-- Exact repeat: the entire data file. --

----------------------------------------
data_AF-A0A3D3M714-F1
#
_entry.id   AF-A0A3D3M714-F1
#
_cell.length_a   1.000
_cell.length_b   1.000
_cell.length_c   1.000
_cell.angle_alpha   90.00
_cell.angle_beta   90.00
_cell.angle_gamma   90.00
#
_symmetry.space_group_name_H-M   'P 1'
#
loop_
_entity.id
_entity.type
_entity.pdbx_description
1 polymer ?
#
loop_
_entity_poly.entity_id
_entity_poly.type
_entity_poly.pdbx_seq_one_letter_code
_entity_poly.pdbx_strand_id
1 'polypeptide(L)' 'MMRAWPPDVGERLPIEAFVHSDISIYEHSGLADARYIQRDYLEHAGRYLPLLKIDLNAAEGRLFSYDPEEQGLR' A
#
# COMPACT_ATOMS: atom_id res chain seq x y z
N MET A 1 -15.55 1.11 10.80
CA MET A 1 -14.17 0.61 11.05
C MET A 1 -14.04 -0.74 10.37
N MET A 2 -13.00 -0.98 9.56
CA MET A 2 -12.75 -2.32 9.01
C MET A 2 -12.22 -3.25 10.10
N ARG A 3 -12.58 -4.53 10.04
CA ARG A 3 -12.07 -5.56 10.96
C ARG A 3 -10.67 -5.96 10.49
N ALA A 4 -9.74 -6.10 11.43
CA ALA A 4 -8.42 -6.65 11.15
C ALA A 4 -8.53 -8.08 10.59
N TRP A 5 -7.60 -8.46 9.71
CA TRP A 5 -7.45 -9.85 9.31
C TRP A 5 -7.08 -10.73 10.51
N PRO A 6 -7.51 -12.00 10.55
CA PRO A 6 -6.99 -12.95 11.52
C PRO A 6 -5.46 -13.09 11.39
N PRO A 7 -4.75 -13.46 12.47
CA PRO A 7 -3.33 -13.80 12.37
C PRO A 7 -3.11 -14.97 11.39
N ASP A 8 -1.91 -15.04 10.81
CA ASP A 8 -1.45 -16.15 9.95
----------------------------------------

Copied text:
data_AF-A0A3D3M714-F1
#
_entry.id   AF-A0A3D3M714-F1
#
_cell.length_a   1.000
_cell.length_b   1.000
_cell.length_c   1.000
_cell.angle_alpha   90.00
_cell.angle_beta   90.00
_cell.angle_gamma   90.00
#
_symmetry.space_group_name_H-M   'P 1'
#
loop_
_entity.id
_entity.type
_entity.pdbx_description
1 polymer ?
#
loop_
_entity_poly.entity_id
_entity_poly.type
_entity_poly.pdbx_seq_one_letter_code
_entity_poly.pdbx_strand_id
1 'polypeptide(L)' 'MMRAWPPDVGERLPIEAFVHSDISIYEHSGLADARYIQRDYLEHAGRYLPLLKIDLNAAEGRLFSYDPEEQGLR' A
#
# COMPACT_ATOMS: atom_id res chain seq x y z
N MET A 1 -15.55 1.11 10.80
CA MET A 1 -14.17 0.61 11.05
C MET A 1 -14.04 -0.74 10.37
N MET A 2 -13.00 -0.98 9.56
CA MET A 2 -12.75 -2.32 9.01
C MET A 2 -12.22 -3.25 10.10
N ARG A 3 -12.58 -4.53 10.04
CA ARG A 3 -12.07 -5.56 10.96
C ARG A 3 -10.67 -5.96 10.49
N ALA A 4 -9.74 -6.10 11.43
CA ALA A 4 -8.42 -6.65 11.15
C ALA A 4 -8.53 -8.08 10.59
N TRP A 5 -7.60 -8.46 9.71
CA TRP A 5 -7.45 -9.85 9.31
C TRP A 5 -7.08 -10.73 10.51
N PRO A 6 -7.51 -12.00 10.55
CA PRO A 6 -6.99 -12.95 11.52
C PRO A 6 -5.46 -13.09 11.39
N PRO A 7 -4.75 -13.46 12.47
CA PRO A 7 -3.33 -13.80 12.37
C PRO A 7 -3.11 -14.97 11.39
N ASP A 8 -1.91 -15.04 10.81
CA ASP A 8 -1.45 -16.15 9.95